Cuba Friday accused Europe of bowing to American pressure after a U.S.-owned hotel in Norway’s capital refused to lodge a Cuban delegation.
The Scandic Edderkoppen hotel, owned since March 2006 by the U.S.-based Hilton Hotels Corp., declined to book rooms for a Cuban tourism delegation because of U.S. trade sanctions against Cuba.
“Helms-Burton rules in Europe,” the ruling Communist Party newspaper Granma said in a front-page story that slammed the Norwegian hotel for what it said was kowtowing to Washington.
The 1996 Helms-Burton law, which codified trade and financial sanctions enforced since 1962 against Fidel Castro’s communist government, bans U.S. companies and subsidiaries from doing business with Cuba.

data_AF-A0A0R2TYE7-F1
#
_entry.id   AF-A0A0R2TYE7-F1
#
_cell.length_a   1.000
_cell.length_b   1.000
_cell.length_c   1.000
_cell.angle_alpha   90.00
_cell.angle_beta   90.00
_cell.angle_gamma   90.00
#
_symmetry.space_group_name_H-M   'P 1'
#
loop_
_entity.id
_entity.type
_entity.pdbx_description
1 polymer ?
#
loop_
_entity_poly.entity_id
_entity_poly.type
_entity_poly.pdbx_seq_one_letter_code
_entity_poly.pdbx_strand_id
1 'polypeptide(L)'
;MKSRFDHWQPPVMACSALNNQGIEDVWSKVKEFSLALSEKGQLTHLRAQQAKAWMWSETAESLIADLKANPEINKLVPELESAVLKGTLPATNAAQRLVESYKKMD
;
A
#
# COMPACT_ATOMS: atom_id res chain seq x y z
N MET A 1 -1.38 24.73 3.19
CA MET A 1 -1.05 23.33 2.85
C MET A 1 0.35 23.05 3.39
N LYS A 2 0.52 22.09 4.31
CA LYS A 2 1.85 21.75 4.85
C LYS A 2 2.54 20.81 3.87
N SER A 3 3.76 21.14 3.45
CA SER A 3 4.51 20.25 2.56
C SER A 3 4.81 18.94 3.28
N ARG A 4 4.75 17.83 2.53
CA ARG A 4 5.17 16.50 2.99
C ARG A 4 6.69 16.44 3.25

The 14-member Cuban delegation planned to stay at the Oslo hotel next week while attending a travel fair. Delegates were expected to lodge elsewhere in the capital.
Last year the U.S.-owned Sheraton Maria Isabel Hotel in Mexico City expelled a delegation of 16 Cubans to comply with U.S. sanctions against Cuba.
The decision sparked protests in Mexico and led authorities to slap the hotel with a $112,000 fine.